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Monah Mayhem

Lady From the Lake

She used to fuck them 

just to leave them.

My mother would say.

Unabashedly confess with a sly smile 

lying on the couch, legs crossed, 

smoking a cigarette, always with a look 

on her face that told you

she was getting away 

with something quite clever

And then there’s me, 

her beloved beloved bastard 

beauty orphaned at nineteen,

a swinger of birch trees

with a ravenous fascination 

for star garnets and tiny objects.

Every month for five days, 

my body reminds me 

that I am going to die

that I do not belong to a pathless wood

But I can’t seem to keep track of tomorrow

And yesterday, it never came.

Maybe it’s the way she 

reminds me of the rain.

Her voice a soft strong

And the smell of a summer storm

on hot concrete pavement

She tells me she wants it all

every drop of rain 

without any buckets or umbrellas

says it tastes like the earth & river rocks

Watch how she emerges from the water--

wet hair dripping

half baked and naked 

in the corners of Sunday morning.

She walks with the shrugging shadows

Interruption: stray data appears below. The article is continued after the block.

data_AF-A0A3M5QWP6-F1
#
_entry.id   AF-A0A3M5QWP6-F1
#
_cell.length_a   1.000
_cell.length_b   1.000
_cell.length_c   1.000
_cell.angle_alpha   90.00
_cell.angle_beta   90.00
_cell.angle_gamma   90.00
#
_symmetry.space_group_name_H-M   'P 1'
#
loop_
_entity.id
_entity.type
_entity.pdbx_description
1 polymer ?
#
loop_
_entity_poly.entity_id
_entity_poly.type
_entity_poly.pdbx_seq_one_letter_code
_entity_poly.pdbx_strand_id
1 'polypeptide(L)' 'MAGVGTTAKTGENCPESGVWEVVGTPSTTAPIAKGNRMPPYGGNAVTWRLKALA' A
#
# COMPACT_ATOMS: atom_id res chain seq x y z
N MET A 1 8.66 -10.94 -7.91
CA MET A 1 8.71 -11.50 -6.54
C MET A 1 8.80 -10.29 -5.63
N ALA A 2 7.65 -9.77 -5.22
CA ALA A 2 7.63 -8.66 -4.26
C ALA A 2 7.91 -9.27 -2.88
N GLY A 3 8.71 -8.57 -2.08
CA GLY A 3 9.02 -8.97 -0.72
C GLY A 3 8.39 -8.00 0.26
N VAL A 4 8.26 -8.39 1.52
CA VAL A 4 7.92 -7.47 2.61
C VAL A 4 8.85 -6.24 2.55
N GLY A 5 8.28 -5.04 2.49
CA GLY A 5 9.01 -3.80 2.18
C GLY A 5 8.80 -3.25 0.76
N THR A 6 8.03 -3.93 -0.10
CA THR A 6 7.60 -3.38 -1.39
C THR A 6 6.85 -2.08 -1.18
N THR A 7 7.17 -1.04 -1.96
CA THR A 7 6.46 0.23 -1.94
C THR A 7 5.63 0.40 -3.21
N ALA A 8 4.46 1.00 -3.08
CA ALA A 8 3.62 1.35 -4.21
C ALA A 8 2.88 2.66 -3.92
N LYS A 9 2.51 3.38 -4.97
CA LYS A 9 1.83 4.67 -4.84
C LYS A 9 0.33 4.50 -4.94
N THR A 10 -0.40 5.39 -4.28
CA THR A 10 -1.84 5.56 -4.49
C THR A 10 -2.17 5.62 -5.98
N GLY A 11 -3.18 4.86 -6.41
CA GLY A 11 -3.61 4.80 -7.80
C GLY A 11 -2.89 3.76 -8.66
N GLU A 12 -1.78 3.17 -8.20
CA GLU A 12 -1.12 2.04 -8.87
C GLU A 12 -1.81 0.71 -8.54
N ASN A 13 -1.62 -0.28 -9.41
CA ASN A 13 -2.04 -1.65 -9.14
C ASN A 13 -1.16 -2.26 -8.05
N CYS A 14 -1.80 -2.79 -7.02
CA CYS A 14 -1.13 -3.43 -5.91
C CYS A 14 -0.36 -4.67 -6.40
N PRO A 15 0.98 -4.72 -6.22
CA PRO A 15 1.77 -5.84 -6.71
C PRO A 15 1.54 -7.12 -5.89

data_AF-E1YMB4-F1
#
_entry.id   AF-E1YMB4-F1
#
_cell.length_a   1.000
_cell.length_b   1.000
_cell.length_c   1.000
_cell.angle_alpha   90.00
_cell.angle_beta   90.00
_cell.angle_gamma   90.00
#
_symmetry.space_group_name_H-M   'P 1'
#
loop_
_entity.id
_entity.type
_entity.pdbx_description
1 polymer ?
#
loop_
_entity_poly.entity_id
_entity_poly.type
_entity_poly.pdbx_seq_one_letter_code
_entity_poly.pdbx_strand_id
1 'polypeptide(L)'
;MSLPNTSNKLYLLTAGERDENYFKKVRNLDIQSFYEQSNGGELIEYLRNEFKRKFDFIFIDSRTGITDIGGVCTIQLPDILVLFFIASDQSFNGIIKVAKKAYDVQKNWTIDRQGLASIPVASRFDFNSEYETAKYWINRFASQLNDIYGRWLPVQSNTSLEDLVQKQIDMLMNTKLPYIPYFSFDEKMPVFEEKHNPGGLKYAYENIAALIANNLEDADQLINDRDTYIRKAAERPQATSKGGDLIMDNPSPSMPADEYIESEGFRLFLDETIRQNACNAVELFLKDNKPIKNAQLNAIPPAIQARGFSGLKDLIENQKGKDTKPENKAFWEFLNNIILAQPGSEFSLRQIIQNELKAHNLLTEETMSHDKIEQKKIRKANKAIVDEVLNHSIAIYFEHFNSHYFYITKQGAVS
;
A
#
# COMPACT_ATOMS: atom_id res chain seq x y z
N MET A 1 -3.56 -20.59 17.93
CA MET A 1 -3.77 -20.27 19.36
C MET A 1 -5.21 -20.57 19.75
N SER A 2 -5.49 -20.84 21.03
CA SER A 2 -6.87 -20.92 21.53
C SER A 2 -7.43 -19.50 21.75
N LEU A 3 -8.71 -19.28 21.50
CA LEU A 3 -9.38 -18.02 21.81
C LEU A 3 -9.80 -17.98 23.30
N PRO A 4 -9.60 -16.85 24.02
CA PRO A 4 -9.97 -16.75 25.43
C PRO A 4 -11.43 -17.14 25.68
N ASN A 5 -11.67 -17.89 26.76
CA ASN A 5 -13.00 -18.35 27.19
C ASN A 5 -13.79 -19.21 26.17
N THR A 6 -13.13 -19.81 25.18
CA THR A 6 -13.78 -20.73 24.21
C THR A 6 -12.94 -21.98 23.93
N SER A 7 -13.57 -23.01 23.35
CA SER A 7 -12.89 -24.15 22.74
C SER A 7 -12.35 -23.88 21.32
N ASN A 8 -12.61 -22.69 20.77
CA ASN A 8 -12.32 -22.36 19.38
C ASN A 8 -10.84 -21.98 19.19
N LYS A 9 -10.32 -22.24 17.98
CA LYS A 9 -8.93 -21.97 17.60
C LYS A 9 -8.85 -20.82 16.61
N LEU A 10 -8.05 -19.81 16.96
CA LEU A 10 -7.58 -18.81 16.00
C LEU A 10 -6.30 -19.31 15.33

quiet as stones in the cold bright,

a valley of stained glass hearts 

I stand next to her in the soaking street

palms out, eyes closed

imagining the cat’s triangle 

curled up under the tongue.

In a clear plastic bag tied up & left

on the sidewalk, stark white

blinded to life. We become 

what we leave behind

like strangers passing by

reminiscing about “the good ‘ol days

back when we were fly boys, doing cool things

making money for the moon”

I do not know their meaning,

but the words make my toes smile

like dancing spam and frogs in top hats

like pickled poems and empty embassies,

like old dolls with cracked chests & singing banshees

a kneeling kiss, a baptized wish

bone biting and beautiful, 

the best pleasure is to give pleasure.

And every poem is a love affair.

Character Bio

With a kiss from the gods Monah was conceived in a moment of passionate, unabashed adultery. Raised by her two shield maiden mothers, she learned at an early age to draw near to the the whispering forest, to dance with the wolves of the night, to fly with the wings of a harpy. On one sunny May day when the fates gave way, Monah was left as a young orphan with a keen sense of the unveiled world. She possesses a special ability to communicate with the souls of deceased writers and artists, and is frequently spotted having tea in some other realm with Virginia Woolf. She lives in a perpetual continuum, Galileo’s very own pendulum of life. Monah is, therefore, often unamused by societal normalities, complacent with cultural monotony, and only satisfied with the sharp breath of death.

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